tlf news

Vol. xix #1

March, 1998


My name is Omar. I was born on the 14th of May in 1976. During my childhood I didn't have the privilege of being brought up by my mother. I've never met my father. And so I have never had the chance to feel a father's punishment or a father's embrace.

My mother was very young when I was born, and she was not prepared to be a mother. My brothers and sisters (there are something like nine) don't know their fathers either. I can't pass judgment on my mother or my father; I don't know their histories.

I've only lived at my mother's side for short spurts. When we were with her, we wandered from place to place. Naturally in the course of those wanderings one of my brothers died. He died because of lack of care. I was very little, but I managed to understand that.

With time I grew, and being tired of wandering so much here and there I decided to live with my aunt. Now I call her "Mom" sometimes. At certain times I've felt the difference in the way she treats me and the way she treats her own children. But I accept that.

The time came for me to start school. As was to be expected in school they demanded various school supplies. When I asked my aunt for those things, the answer was that she was going to put me to work. And bit by bit I lost all my love for studying and I concentrated on making a living: selling newspapers, hawking candy. Nobody ordered me to do it, but I also started looking for things in the trash that could be of use to somebody. I sold them and made a little money.

To sum up my school history, I made it to fifth grade and lost interest. And as you can clearly see, I can barely write.

Adolescence arrived. As you grow up you start having a different kind of relation. As I grew I looked on the world as a pastime. As a place where you have to enjoy your youth to the maximum. And as for the others, let them take care of themselves.

I was a person who worked very hard from an early age: I worked in construction, and I worked for companies that sent me to other cities and to sprawling shanty-towns. In those slums I encountered very hard-working people. And I was earning a living and I lost interest completely in studies.

The time of amorous adventures arrived. I fell in love with a girl who was a student. As things have turned out, my girlfriends have always been students. Being with a person who was studying depressed me because of the questions they asked me. It always made me sad when I wasn't able to answer my girlfriend's questions.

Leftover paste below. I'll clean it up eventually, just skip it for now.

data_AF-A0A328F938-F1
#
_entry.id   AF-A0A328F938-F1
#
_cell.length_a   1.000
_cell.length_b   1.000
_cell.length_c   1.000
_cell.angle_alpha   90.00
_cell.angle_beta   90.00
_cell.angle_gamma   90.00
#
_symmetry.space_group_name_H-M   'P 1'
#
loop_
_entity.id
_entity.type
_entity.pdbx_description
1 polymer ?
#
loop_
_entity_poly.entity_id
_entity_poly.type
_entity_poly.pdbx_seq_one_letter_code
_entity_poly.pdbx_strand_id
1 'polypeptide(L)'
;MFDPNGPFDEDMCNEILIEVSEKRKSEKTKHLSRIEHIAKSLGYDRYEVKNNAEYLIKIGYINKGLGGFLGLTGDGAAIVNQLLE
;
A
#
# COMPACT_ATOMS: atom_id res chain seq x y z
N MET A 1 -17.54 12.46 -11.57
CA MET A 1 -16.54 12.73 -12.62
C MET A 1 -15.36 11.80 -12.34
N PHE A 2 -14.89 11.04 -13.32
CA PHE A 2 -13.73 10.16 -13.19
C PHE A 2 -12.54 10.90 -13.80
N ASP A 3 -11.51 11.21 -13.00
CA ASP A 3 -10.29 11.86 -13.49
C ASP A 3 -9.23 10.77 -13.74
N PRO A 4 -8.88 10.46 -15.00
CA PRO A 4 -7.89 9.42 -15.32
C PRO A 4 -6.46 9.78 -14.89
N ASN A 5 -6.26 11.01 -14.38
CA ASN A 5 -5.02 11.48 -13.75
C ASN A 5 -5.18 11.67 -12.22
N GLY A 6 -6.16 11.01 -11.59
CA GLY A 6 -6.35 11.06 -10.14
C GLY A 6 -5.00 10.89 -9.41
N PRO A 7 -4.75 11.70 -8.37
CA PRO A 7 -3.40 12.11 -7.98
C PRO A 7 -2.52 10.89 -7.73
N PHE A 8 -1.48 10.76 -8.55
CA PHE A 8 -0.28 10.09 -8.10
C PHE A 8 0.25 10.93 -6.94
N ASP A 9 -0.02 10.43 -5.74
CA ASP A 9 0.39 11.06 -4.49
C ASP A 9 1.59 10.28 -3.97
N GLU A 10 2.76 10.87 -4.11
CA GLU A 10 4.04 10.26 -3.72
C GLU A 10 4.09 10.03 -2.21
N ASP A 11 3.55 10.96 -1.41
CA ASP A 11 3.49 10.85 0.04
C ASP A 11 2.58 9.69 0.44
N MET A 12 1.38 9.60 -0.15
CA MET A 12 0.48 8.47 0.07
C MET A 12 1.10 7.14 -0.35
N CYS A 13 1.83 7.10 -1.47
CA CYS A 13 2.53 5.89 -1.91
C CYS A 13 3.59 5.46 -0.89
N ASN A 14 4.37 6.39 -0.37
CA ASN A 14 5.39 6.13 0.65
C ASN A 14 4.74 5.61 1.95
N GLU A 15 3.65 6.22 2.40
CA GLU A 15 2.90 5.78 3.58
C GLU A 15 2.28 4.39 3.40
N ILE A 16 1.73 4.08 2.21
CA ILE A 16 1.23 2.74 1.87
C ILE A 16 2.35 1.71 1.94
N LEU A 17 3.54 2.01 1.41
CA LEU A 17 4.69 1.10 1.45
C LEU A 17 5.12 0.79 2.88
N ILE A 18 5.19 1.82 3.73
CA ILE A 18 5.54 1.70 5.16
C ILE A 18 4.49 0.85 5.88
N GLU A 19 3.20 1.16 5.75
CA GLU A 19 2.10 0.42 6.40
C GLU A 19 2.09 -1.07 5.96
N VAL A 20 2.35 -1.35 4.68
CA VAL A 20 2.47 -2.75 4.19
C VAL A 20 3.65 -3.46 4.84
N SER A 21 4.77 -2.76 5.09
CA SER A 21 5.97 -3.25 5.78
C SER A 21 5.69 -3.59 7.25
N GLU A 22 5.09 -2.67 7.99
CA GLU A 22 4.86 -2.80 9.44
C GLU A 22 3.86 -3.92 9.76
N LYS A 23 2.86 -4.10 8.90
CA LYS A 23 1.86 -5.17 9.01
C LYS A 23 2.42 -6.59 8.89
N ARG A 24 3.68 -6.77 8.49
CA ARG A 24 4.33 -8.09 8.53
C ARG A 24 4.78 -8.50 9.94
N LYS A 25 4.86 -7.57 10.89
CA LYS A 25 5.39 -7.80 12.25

But this year I'm going to try to do sixth grade. If possible I'm going to try to go back to studies. I know that I need to and that I can be of help to others because of what I've experienced. I am the coordinator of the youth group and an active member of the Church.

The barrio where I live is named Policarpo Paz García #2. It' a very lively community. The community is full of people who don't like to share what they have. The families in my community are of every type. There are families who live fairly well. But there are other families who suffer dire economic need. As always seems to be the case, the ones who are poorest are the ones who are the most generous: they are always willing to share the little they have.

There is a good school in my community. There are also a number of Evangelical churches. But the people of the community don't show up much at those churches. The people of my community go to the Catholic church. Few go with real regularity, but they go. The church building is very nice. I say that because I go to church and my eyes are witnesses of its beauty.

I live in a simple house. Without luxury. Concrete blocks and wood are the materials of which it is constructed. It's humble, but that house protects us from the rain and from the fierce and inclement rays of the sun.

There are 12 of us who live in the house. Only three of us work. That's because the rest are children or women. They keep the house clean and orderly and do the cooking. We help each other out and share our joy and our sadness.

As to my job as an actor: it's the first time I have a job that I like. And I'm very grateful to Jack and the others in the teatro. They have given me the chance to share their mission. I hope we can continue advancing as a group of workers and friends.

(Omar Orellana is the most recent addition to the teatro la fragua family.)

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